Depression begins in the brain, but it does have physical effects on your body and on the people around you. It really is amazing how much depression spreads to the people around you. Here are some of the maybe unknown physical effects of depression on you and your family.
Depression Changes Brain Structure
This may be one reason why depression can be so hard to shake off, in spite of well-meaning advice to just ‘get over it’. Recurring episodes of depression can reduce the size of the hippocampus. The hippocampus forms memories and emotions. Memories and emotions are the key to a person’s sense of self. Losing a sense of self presents a flat, disinterested affect to family and friends. Research has discovered that the shrinking of the hippocampus is directly related to depressive episodes. When the episodes begin very early, before 21, the smaller hippocampus is evident on MRI imaging.
Depression and Tiredness
Although depressed people often feel too tired to move, sleep sometimes becomes elusive. It is very likely for you to often feel fatigued and exhausted. Maintaining a normal work schedule and relationship with family becomes too much to handle. Chronic body aches and pains that don’t respond to medication become evident. Children may be clingy, irritable and negative about school attendance. The child can be tagged with a behavioral problem at school because of depression.
Depression and Sex
Depressed people feel withdrawn. Intimacy and sex take energy and interaction, which the depressed person cannot muster. It is hard for the non-depressed partner to understand and sympathize with behaviors that seem rejecting. The depressed male may exhibit signs of erectile dysfunction, the female may become non-orgasmic. Both of these situations can be symptoms of the lowered brain activity evident with depression.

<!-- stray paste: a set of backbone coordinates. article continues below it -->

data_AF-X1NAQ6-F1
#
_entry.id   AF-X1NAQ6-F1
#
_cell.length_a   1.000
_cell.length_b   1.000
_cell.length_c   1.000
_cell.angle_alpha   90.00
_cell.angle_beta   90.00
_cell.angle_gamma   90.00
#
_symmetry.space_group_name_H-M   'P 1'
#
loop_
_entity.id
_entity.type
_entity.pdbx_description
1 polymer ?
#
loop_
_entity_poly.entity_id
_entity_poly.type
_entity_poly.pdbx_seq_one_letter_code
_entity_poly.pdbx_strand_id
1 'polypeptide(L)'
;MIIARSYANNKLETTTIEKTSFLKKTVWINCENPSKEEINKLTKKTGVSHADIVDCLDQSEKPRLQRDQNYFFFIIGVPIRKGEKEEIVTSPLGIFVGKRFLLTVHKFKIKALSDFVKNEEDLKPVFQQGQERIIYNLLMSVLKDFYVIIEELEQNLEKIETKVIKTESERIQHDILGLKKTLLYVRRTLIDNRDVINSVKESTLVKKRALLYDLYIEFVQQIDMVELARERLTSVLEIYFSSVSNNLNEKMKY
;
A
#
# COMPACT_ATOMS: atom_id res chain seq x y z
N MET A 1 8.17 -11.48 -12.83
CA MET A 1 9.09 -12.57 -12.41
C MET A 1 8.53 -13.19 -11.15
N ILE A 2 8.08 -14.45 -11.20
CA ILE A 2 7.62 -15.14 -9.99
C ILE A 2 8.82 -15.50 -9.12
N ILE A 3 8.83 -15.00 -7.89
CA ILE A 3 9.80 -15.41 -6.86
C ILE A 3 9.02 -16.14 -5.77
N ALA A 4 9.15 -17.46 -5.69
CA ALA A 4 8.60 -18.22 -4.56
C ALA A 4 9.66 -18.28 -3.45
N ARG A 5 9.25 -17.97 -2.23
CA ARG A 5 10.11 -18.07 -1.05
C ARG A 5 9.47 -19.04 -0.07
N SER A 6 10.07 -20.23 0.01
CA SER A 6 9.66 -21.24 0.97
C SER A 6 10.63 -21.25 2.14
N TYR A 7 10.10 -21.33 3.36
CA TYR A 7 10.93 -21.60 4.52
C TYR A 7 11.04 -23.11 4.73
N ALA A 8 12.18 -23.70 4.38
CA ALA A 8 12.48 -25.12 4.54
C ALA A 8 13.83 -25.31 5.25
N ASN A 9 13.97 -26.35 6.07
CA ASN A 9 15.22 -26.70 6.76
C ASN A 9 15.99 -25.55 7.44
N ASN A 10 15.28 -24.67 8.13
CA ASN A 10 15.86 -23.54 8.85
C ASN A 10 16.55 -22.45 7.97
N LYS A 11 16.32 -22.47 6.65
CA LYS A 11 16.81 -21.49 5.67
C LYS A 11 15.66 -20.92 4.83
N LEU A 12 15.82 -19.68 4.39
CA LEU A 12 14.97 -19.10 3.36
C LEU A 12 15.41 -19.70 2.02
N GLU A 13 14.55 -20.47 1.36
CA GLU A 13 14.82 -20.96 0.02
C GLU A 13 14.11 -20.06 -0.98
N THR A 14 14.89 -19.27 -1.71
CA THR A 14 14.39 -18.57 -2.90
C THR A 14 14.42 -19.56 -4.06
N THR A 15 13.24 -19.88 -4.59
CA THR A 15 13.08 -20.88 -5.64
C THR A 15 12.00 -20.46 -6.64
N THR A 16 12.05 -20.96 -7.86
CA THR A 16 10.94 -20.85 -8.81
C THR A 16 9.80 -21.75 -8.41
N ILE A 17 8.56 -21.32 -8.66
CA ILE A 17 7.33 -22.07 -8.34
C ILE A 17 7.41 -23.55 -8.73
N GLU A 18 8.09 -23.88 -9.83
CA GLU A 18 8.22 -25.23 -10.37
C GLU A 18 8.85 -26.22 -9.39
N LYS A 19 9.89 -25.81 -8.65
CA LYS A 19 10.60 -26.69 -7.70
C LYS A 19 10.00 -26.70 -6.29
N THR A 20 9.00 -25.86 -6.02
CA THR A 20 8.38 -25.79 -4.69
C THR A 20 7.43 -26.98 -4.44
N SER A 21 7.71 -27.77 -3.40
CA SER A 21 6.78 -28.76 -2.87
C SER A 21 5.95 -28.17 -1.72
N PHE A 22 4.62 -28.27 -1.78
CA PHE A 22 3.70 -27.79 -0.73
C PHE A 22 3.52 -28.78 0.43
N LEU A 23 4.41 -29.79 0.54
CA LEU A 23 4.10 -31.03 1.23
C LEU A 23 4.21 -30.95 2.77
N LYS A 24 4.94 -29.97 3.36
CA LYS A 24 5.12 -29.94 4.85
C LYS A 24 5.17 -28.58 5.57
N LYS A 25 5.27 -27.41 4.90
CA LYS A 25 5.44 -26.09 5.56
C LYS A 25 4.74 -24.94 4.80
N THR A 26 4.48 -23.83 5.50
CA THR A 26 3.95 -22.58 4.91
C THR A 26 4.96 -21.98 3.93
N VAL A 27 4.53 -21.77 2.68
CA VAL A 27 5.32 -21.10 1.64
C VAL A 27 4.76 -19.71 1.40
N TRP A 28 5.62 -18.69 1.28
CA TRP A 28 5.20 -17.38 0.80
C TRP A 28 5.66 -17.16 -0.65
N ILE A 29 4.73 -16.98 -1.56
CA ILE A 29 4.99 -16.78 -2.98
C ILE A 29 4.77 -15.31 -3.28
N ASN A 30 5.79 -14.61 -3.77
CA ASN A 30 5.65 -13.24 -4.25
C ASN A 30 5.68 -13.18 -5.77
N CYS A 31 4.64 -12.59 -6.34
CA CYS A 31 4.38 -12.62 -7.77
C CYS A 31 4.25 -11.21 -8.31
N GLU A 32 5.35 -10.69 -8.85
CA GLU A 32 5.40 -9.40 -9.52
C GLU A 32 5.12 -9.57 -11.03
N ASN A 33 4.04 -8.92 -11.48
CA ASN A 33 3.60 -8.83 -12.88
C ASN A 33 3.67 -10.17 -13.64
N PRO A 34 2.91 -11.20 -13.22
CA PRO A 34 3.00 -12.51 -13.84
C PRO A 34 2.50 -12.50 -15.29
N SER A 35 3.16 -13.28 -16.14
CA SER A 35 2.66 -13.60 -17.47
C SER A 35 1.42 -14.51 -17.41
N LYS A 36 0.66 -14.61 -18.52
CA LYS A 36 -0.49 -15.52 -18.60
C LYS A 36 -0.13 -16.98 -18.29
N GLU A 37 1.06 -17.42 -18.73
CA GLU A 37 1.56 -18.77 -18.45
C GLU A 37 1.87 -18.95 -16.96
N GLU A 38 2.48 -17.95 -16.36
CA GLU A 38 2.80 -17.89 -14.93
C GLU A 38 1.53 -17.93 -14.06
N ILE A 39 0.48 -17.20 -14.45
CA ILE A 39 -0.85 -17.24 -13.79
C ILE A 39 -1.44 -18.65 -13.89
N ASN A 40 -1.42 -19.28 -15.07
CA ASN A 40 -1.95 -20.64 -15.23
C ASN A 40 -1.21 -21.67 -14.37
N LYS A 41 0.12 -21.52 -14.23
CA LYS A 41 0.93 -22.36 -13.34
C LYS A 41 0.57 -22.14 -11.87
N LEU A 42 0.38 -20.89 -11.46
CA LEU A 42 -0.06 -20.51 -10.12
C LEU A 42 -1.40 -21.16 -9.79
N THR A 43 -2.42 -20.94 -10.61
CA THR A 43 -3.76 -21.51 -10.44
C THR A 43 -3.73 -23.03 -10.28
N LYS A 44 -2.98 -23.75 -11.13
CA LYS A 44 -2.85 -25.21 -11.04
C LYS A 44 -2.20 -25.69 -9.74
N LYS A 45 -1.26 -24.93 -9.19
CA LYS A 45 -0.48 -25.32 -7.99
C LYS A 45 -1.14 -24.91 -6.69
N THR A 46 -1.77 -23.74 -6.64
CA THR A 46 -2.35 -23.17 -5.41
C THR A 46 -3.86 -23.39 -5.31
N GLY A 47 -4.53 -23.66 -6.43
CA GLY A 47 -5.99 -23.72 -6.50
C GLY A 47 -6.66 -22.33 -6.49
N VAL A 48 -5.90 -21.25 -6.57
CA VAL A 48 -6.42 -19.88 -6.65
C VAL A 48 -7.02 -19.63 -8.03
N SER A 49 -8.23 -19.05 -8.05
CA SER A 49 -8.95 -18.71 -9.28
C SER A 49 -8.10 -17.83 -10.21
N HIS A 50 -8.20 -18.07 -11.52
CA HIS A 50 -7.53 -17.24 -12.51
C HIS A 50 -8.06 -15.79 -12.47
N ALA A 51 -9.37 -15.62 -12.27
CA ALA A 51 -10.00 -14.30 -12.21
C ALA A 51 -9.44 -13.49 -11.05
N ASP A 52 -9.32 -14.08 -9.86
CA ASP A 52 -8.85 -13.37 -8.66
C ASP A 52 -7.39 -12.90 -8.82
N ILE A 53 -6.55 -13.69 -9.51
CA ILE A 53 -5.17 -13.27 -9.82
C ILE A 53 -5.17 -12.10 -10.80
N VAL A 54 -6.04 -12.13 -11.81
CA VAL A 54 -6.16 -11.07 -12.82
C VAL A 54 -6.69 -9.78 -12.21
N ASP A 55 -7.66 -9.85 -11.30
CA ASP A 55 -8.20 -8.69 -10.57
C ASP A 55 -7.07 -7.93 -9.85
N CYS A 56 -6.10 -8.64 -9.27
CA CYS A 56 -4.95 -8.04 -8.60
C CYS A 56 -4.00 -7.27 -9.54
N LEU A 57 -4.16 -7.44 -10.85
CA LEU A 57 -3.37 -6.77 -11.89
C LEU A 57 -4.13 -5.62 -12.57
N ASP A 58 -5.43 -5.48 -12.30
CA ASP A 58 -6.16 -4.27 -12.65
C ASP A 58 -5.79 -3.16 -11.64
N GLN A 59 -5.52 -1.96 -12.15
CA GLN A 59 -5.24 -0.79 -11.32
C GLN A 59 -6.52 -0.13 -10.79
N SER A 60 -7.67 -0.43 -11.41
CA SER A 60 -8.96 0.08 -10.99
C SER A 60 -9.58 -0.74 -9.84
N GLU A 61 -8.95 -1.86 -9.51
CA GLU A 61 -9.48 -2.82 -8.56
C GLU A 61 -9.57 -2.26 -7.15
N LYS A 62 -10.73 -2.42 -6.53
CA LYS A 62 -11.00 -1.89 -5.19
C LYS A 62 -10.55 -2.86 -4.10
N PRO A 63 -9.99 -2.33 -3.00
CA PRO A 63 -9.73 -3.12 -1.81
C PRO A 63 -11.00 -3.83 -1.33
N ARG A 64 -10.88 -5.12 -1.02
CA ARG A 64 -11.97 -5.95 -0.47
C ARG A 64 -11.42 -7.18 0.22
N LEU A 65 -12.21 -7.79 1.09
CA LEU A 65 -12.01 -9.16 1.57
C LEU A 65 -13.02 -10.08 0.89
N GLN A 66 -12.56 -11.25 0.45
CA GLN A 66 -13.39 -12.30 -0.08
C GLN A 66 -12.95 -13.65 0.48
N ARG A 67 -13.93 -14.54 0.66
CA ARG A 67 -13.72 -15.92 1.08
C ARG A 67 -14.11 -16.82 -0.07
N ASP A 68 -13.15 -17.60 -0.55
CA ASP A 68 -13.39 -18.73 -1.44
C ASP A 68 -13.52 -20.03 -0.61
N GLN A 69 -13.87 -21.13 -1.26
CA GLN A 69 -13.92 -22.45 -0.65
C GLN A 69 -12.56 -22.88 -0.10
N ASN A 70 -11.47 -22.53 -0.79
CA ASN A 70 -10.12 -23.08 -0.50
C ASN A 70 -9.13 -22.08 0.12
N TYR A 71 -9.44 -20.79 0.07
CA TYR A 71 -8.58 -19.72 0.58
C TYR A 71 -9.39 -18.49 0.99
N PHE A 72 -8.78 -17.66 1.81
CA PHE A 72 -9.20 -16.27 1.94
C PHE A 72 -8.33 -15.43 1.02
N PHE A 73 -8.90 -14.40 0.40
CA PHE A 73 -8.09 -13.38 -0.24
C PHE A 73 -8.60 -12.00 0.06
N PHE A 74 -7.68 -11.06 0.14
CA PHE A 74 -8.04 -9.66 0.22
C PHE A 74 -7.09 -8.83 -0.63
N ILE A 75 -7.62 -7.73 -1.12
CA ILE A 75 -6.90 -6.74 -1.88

Use of Alcohol or Drugs
Self-medication is common among those depressed, because drugs and alcohol can provide short-term relief from unbearable feelings. Families have been very disappointed when a person gets sober through treatment but the avoidant, disinterested behaviors continue. Drug and alcohol treatment centers are realizing that conditions appearing in tandem, like depression and alcoholism, need to be treated as comorbidities. This means that the mental illness needs to be addressed as well as the alcohol or drug dependency for continued sobriety.
A therapy for depression that may be well-recommended by someone with a clinical psychology phd is called Cognitive-Behavioral Therapy, or CBT. Some even go to depression treatment centers to get a comprehensive recovery. Patients learn skills to cope with depressive thought patterns and are actively engaged in recovery. Assignments are given for study about depression, as well as practice therapies for improvement. CBT presents new methods of thinking that can reroute the old patterns and habits of automatic negativity.
Depression needs to be recognized by family and friends as a brain change. It can have serious effects upon those afflicted and loved ones. Depression needs to be treated when persistent negative behaviors arise for best outcome.